San Francisco’s famous Painted Ladies in Alamo Square is one of California’s most celebrated unofficial landmarks. Though they never made the historic registry cut, the seven homes are a part of the city's Alamo Square Historic District.
The iconic San Francisco neighborhood of the Painted Ladies is located at Steiner Street between Grove Street and Hayes Street, across from Alamo Square Park in the Fillmore section or Haight-Ashbury area of San Francisco.
The Alamo Square block with its skyscrapers, elegant architecture, and grassy park square is stunning to behold. These magnificent colorful mansions, well-known in California Victorian architecture circles, denote San Francisco’s culture and landscape. The significance of these homes has enriched the community and history of the city.
Photo Alert: The quaint architectural model houses with their gorgeous skyline backdrop are an Instagram must! Experts say the best shots are between 1:00 -2:00 p.m. or when the sunsets in the west casting a glow over the homes. (Not in the morning!)
Painted Ladies Origin
Painted Ladies are Victorian and Edwardian houses repainted in three or more colors to enhance the architectural design. The color embellishments aren't typical of historic Victorian homes but unique to the San Francisco culture of the 1960s and other U.S. cities across the country such as New Orleans, Louisana, Baltimore, Maryland, St. Louis, Missouri, and Cape May, New Jersey. Some say the elaborate colors symbolized the California Gold Rush when citizens wanted to show off their newfound wealth with dramatic balconies, turrets, and windows.
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The expression "Painted Ladies" actually started in the late 1970s when authors Elizabeth Pomada and Michael Larsen penned their book Painted Ladies: San Francisco's Resplendent Victorians. In the early 1900s, San Francisco builders put up about 48,000 homes in the Victorian and Edwardian styles. The Four Seasons Rowhouses on Waller Street are another San Franciscan Painted Lady neighborhood, but the row of Victorians at 710-720 Steiner Street is the most famous. Also called Postcard Row and the Seven Sisters, architect Matthew Kavanaugh built the houses between 1892 and 1896. In 1892 Kavanaugh lived in the 722 Steiner mansion, the oldest and most elaborate of the Seven Sisters.
Queen Anne Victorian Architecture
All Queen Anne Victorians share the same prominent features, including steep roofs, ornamental front-facing gables, patterned gingerbread roof tiles, and bay windows. The same distinctive outside construction has multiple balconies, large porches, and are usually two to three stories tall. The inside contains similar pure Victorian style crown molding, oak banisters, staircase and hardwood floors, vaulted ceilings and original chandeliers.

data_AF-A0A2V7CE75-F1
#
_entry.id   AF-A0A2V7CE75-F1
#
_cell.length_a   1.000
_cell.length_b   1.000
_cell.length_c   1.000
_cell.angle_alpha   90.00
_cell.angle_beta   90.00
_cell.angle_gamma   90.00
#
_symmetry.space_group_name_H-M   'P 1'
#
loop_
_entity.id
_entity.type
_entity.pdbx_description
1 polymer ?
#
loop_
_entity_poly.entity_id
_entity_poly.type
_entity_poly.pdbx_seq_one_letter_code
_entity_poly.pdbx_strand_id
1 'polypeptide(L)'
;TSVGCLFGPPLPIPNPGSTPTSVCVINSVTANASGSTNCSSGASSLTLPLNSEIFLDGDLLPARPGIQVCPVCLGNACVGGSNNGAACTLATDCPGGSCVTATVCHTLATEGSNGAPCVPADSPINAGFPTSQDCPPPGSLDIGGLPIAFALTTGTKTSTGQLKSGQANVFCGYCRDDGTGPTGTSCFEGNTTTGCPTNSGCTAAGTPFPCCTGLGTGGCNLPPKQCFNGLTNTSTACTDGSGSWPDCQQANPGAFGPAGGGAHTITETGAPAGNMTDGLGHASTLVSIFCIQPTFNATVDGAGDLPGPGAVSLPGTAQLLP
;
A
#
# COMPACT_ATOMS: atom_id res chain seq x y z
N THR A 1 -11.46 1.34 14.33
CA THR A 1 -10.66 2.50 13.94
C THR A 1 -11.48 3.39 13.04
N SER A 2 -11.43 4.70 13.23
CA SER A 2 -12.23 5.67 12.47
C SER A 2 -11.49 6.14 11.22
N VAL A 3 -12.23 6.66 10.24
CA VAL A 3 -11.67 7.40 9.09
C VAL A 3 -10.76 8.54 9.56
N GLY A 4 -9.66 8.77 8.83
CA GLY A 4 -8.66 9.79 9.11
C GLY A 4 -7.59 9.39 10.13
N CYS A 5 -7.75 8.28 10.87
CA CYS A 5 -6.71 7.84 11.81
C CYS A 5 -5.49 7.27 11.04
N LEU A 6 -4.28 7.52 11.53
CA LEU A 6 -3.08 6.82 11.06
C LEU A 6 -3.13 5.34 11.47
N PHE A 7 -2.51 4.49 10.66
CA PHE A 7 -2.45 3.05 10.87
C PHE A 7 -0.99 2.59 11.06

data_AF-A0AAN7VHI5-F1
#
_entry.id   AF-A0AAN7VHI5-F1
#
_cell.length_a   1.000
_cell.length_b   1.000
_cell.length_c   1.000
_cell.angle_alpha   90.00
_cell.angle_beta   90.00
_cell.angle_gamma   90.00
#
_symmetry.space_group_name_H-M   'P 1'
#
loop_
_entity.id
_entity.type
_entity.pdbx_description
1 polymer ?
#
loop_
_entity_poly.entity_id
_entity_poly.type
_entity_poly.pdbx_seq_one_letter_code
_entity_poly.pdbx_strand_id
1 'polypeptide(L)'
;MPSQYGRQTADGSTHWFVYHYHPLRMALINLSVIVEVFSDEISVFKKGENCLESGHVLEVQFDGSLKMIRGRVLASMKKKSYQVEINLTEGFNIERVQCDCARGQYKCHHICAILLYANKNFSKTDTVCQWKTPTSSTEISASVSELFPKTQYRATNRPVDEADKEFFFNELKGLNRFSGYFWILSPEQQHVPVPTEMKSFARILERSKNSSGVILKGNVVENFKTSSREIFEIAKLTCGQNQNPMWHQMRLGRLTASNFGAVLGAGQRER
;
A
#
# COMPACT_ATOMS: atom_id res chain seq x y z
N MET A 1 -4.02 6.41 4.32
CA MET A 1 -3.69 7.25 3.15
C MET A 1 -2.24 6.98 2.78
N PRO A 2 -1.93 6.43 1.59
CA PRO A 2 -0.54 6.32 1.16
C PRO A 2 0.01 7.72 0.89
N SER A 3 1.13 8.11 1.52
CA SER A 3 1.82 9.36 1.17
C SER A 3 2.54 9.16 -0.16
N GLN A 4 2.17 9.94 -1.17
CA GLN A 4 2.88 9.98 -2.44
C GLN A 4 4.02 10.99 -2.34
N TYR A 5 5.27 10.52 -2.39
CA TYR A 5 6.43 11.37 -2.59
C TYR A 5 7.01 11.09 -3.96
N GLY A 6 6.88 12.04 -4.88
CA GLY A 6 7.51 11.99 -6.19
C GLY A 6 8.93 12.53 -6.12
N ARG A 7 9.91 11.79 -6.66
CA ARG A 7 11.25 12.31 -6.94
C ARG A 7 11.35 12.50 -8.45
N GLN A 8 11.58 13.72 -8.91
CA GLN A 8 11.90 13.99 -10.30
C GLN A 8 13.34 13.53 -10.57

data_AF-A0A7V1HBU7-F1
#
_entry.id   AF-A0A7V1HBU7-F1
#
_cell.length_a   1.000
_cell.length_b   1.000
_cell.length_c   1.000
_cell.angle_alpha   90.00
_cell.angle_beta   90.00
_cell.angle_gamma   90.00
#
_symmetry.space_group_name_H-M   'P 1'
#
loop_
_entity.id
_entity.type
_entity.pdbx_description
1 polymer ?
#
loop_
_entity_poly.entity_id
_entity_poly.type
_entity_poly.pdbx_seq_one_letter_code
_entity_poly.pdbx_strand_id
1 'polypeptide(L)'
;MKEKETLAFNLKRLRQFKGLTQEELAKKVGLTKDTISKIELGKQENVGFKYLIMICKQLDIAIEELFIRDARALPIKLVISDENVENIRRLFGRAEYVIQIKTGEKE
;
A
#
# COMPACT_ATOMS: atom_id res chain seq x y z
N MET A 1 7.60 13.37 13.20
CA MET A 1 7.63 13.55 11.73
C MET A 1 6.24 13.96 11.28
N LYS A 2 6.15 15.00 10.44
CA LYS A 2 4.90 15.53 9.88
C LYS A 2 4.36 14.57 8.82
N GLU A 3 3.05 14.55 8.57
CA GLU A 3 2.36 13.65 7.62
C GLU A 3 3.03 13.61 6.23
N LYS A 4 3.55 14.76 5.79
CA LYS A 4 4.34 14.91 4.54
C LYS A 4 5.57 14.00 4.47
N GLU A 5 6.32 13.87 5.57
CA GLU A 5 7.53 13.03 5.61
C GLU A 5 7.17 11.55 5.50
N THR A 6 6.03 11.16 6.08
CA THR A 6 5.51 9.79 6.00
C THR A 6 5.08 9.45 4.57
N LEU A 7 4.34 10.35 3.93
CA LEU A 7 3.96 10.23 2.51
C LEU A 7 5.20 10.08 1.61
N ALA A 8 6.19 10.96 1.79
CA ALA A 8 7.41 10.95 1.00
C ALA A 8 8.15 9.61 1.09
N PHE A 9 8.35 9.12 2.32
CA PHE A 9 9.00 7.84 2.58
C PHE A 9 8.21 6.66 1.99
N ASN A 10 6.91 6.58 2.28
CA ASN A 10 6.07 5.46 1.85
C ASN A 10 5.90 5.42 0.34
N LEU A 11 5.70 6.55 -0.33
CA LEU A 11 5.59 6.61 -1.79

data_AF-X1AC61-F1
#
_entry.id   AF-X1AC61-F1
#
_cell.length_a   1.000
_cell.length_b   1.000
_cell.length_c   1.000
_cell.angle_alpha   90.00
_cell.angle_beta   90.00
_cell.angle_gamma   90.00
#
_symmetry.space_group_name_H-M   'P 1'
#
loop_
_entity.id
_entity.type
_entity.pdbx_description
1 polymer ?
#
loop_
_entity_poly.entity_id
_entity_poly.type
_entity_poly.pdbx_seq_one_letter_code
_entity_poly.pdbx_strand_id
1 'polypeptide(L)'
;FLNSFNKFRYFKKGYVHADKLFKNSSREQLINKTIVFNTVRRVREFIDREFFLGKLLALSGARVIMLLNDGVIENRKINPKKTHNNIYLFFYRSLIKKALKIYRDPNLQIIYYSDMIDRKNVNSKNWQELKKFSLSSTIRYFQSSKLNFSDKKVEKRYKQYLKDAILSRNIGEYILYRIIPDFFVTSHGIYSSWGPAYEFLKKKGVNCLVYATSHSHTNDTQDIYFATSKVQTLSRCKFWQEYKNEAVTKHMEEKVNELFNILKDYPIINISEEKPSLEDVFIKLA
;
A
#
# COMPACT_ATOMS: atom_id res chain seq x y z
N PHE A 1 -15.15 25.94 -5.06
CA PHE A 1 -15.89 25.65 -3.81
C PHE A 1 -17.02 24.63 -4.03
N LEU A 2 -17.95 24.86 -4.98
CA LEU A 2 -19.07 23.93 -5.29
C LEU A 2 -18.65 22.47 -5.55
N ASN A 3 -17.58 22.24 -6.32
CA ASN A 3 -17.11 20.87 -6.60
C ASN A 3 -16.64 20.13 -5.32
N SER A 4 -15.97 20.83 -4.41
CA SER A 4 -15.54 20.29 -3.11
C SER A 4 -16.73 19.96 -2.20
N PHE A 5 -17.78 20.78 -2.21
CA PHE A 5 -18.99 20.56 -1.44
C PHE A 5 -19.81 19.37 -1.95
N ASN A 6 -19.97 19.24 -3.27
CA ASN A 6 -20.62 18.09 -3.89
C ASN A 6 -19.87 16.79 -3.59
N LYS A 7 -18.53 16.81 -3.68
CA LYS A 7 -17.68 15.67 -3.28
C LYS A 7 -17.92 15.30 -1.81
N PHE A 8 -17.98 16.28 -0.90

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Fun Fact: The last time one of these celebrated Queen Anne-style homes sold in 2014, it went for a cool $3.1 million.
Postcard Row has been mass-marketed in photographs, art, and over 70 advertisements, movies, and television shows that include Invasion of the Body Snatchers and Full House.
Unfortunately, these postcard-perfect homes have created havoc for the occupants living there, with heavy traffic, tour buses with megaphones, and looky-loos hoping to snap a picture in front of Uncle Jesse's house. In 2013 the city tried (unsuccessfully) to ban tour buses from the 25-square block area of Alamo Square Park. The park features a full tennis court, walking trails, swingsets and climbing structures for the kids.
At one point, Alice Walker, renowned author of The Color Purple lived in the 720 Steiner home and was notorious for throwing impromptu concerts in her backyard that drew complaints from neighbors.
Fun Fact: The row of charming houses is captured in the opening credits of the television show Full House from the 1990s. The real-life location of the Tanner home is actually 1709 Broadrick Street, in the Lower Pacific Heights neighborhood a mile from the Painted Ladies.
Alamo Square – General Visitor Guide
Directions: Take Muni line #21 westbound from downtown to the corner of Hayes and Steiner Streets. The drive from Fisherman's Wharf is approximately between 40 to 45 minutes. For additional routes, visit the San Francisco Municipal Transportation Agency.
Fun Fact: One of the Seven Painted Ladies has a tiny museum on its top floor. Some museum items include a ticket to the opening day of the Golden Gate Bridge, pictures of the 1906 earthquake and fire, and 100-year-old wedding cake tops and clothing from the 1800s.
Tours of the Painted Ladies
Several hop-on and off tours include stops at the Painted Ladies. The Painted Ladies' homes are privately owned, but one tour company offers exclusive access to one of the Painted Ladies' houses.
"Take Walks" tour company provides a rare opportunity to look inside one of these historic edifices. These inside and outside neighborhood tours last about three hours.
- Cost: $39 for adults and students. $34 for children. (This cost includes admission to a Painted Lady home.)
- Availability: Springtime Tours: Sundays at 10:00 a.m. Summer and Fall Tours are on Sundays and Fridays at 10:00 a.m.
- Check the website to purchase tickets and learn more.
Pro Tip: The area contains several Bed & Breakfast establishments for a truly authentic stay.